Congress Approves Legislation Temporarily Blocking Medicare Payment Reduction

December 23, 2011 12:55 am News Staff

In a last-minute effort before the holidays, a bickering Congress finally came together to pass a bill to extend the Medicare payment rate for the next two months, thus blocking a 27.4 percent payment reduction that was scheduled to go into effect on Jan. 1. President Obama now has signed the bill.

"Eleventh-hour legislation that fails to meet the needs of constituents is no way to conduct the nation's business," said AAFP President Glen Stream, M.D., M.B.I., of Spokane, Wash., in a prepared statement. "That is particularly true when millions of Americans' health and welfare are at stake. But last-minute, inadequate legislation is exactly what Congress has done with passage of an absurdly short reprieve from the 27.4 percent cut in physician payment mandated by the deeply flawed sustainable growth rate (SGR) formula for Medicare."

Congress passed the two-month Medicare physician payment patch as part of a larger tax bill that also extends other provisions for two months, including a federal payroll tax holiday and unemployment compensation.

House members approved a bill on Dec. 13 that would have provided a 1 percent increase in the Medicare physician payment rate for the next two years. But to finance the two-year fix, the House bill would have repealed or scaled back programs in the Patient Protection and Affordable Care Act, including the Prevention and Public Health Fund. This made the bill unacceptable to Senate Democratic leaders.

In response, the Senate passed a measure last week to extend the Medicare payment rate and other tax provisions for two months, but the Republican-controlled House rejected the Senate measure, saying it failed to provide an adequate extension of the federal payroll tax holiday and unemployment benefits.

CMS Extending Medicare Enrollment Period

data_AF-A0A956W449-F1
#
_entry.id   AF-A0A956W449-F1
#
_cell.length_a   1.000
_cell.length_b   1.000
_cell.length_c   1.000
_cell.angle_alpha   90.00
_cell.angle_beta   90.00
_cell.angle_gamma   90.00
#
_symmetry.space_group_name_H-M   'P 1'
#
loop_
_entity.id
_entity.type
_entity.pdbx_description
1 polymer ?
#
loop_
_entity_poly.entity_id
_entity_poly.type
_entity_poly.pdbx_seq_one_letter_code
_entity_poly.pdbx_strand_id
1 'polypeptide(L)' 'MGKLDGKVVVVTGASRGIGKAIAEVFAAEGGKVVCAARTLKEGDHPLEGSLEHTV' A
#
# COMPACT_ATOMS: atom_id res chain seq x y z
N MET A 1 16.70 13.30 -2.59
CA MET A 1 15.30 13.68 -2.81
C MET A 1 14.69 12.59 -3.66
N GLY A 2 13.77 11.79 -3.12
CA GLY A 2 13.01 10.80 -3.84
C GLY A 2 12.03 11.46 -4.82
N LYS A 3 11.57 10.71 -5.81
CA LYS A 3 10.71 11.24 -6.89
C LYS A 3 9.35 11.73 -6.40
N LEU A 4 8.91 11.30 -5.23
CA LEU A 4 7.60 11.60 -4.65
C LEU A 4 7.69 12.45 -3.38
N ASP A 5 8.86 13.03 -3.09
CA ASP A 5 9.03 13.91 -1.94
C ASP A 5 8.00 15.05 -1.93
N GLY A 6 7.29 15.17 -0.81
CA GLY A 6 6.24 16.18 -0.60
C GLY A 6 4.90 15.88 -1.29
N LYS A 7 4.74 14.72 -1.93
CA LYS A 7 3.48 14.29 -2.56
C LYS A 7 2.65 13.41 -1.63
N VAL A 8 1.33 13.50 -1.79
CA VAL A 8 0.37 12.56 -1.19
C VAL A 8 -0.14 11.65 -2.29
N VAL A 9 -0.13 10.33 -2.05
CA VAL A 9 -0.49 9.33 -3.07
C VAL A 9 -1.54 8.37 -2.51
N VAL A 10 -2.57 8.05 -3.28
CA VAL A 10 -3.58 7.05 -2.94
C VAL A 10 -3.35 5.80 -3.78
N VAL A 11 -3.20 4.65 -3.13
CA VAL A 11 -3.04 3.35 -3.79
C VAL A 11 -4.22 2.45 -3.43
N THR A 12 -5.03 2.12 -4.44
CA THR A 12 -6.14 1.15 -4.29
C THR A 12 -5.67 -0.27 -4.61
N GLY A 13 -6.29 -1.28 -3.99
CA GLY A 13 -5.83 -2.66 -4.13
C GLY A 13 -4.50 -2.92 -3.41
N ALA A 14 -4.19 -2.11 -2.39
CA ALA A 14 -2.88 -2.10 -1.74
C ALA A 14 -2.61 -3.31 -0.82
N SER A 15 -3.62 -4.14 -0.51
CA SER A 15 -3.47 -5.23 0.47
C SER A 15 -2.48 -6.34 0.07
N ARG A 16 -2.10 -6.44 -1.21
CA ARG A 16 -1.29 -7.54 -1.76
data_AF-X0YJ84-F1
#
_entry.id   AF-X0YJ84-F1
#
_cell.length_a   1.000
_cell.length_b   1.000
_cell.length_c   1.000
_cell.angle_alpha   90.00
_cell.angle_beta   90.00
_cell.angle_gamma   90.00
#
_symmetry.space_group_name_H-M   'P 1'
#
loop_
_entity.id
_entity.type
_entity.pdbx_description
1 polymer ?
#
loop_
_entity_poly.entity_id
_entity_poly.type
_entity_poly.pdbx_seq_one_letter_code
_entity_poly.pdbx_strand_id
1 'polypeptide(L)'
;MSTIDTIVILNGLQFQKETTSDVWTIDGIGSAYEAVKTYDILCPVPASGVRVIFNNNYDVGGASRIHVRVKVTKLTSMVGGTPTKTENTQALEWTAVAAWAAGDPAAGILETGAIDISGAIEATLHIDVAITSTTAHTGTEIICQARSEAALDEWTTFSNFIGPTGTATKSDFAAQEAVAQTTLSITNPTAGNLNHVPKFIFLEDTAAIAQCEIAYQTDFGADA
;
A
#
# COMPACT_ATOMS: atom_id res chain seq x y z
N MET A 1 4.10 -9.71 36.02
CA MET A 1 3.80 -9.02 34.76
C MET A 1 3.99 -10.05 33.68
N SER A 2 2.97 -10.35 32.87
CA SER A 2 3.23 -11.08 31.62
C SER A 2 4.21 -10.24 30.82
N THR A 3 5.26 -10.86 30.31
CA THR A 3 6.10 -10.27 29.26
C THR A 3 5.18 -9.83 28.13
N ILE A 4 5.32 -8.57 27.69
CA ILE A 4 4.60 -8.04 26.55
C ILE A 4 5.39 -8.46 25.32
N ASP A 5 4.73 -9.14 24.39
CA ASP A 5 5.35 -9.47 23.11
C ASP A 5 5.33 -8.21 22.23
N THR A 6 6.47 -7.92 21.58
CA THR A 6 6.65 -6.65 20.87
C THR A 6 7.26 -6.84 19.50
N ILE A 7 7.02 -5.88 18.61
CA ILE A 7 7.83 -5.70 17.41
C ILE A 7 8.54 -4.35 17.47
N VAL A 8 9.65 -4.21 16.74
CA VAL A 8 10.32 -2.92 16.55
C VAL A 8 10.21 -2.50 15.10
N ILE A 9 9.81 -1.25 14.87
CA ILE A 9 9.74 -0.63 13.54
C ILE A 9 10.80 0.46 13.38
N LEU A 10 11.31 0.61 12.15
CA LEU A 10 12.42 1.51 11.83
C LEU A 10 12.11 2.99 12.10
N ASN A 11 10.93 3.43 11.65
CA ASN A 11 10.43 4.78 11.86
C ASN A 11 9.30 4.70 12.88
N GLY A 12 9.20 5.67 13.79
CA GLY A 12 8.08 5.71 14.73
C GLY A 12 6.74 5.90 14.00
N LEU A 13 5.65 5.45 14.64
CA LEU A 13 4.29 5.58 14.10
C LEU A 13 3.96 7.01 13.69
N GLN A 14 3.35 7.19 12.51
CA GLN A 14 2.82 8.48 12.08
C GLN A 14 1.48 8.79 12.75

CMS has announced that it is extending the 2012 annual participation enrollment period for Medicare to Feb. 14. However, according to the agency, "The effective date for any participation status change during the extension … remains Sunday, Jan 1, 2012, and will be in force for the entire year."

This means that regardless of what happens with a further patch of the Medicare payment rate, physicians making a decision to not participate in Medicare by Feb. 14, will remain nonparticipating for all of 2012.

However, under increasing pressure from Senate Republicans and the White House, the House finally agreed to a two-month extension of the Medicare payment rate and the other provisions contained in the Senate-approved legislation. The House and Senate approved the new measure by unanimous consent, which allowed the two chambers to approve the bill without recalling the legislators, some of whom already had left for a holiday break, for a recorded vote.

House and Senate conferees are expected to convene in January to work out differences in the just-approved legislation and to try to extend the Medicare payment patch and other bill provisions for at least a year.

But, according to Stream, "Americans are tired of short-term, insufficient answers to long-standing problems. Americans want a permanent solution. They want Congress to look beyond the next few months or the next year. They want health security. Instead, they got a bitter holiday gift -- an extra 60 days before health insecurity again sets in."

Stream called on Congress to "put aside partisan interests, repeal the SGR and put a sustainable payment system in place that helps rebalance primary care physician work with a 3 percent payment differential."

"It's time to establish health security for elderly and disabled patients, as well as the military families who depend on TRICARE," said Stream. "It's time to follow through on previous commitments to permanently end this annual -- and if history is an example, sometimes monthly -- ordeal of temporary patches that drive up the ultimate cost of a meaningful, sustainable solution."